Narnia signs off with a bang. Or rather, an account of the end of days and an attempt at representing heaven.
The Last Battle remains the most overtly Christian of the Narnia series (which is probably saying a lot), and – unfortunately – one of the least interesting/exciting. The main characters spend most of their time as fairly passive observers of events, fantastical though those events may be.
The latter part of the book depicts the end of Narnia, as Aslan calls the inhabitants, winnowing the disloyal, and welcoming the loyal to the real Narnia. It’s an interesting presentation of “heaven”, that will be nigh-impossible to capture on film should they ever get around to making any more (though this looks increasingly unlikely – the production company has apparently lost the film rights).
I can readily imagine people with different religious beliefs being put off by the whole thing; even, occasionally, other Christians. One of the characters encountered in Paradise is a Calormene (read “horrible-swarthy-heathen-arabic-stereotype”), who has been told that his loyal and honest service to Tash is counted as if it were to Aslan. This is all very feel-good and so on, but a somewhat debatable interpretation of the Bible. That said, God will save whom He wants to save, and I certainly don’t know what His exact criteria are.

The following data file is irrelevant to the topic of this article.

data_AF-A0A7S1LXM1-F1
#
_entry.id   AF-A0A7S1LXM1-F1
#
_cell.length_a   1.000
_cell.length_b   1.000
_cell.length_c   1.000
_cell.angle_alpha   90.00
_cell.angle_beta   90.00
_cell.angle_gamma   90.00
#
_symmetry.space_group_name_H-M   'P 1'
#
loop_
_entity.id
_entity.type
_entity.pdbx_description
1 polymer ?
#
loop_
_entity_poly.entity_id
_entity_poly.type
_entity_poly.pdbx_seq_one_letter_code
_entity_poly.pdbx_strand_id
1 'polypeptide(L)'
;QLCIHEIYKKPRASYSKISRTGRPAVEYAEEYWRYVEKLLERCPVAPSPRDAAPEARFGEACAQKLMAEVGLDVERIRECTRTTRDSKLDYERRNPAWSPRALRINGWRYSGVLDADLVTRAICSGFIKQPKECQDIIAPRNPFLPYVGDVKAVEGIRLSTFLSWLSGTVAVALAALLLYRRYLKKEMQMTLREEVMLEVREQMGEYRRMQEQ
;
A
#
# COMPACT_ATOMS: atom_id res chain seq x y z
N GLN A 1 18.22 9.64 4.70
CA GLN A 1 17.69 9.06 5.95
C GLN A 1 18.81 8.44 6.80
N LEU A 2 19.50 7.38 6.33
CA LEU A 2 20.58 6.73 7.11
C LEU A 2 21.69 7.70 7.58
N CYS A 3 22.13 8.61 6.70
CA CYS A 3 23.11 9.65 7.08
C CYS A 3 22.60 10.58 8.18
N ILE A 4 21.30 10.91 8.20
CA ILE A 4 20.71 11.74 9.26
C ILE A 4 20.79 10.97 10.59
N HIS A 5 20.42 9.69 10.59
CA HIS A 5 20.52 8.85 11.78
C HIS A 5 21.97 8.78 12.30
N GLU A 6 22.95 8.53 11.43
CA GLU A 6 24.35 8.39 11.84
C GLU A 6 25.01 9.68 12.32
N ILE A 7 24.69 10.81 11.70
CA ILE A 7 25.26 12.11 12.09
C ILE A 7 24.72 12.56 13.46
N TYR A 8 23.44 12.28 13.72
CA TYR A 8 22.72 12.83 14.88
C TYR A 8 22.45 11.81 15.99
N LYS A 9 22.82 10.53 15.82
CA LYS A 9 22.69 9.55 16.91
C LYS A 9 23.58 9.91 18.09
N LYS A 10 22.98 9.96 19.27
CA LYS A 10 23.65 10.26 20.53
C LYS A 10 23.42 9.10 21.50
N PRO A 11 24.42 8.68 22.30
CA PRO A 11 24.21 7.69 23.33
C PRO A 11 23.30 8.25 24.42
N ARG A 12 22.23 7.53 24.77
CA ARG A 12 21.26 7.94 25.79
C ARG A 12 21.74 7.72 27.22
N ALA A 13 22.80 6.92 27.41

It also has one of the strangest finales I’ve ever read (paraphrasing):
“What’s wrong, child?”
“Oh, Aslan, we’re sad because we’ll have to leave!”
“Don’t worry, you’re all dead, so you can stay.”
For all that, though, it does express one idea rather nicely: The reason we love this world is that sometimes it looks a bit like heaven.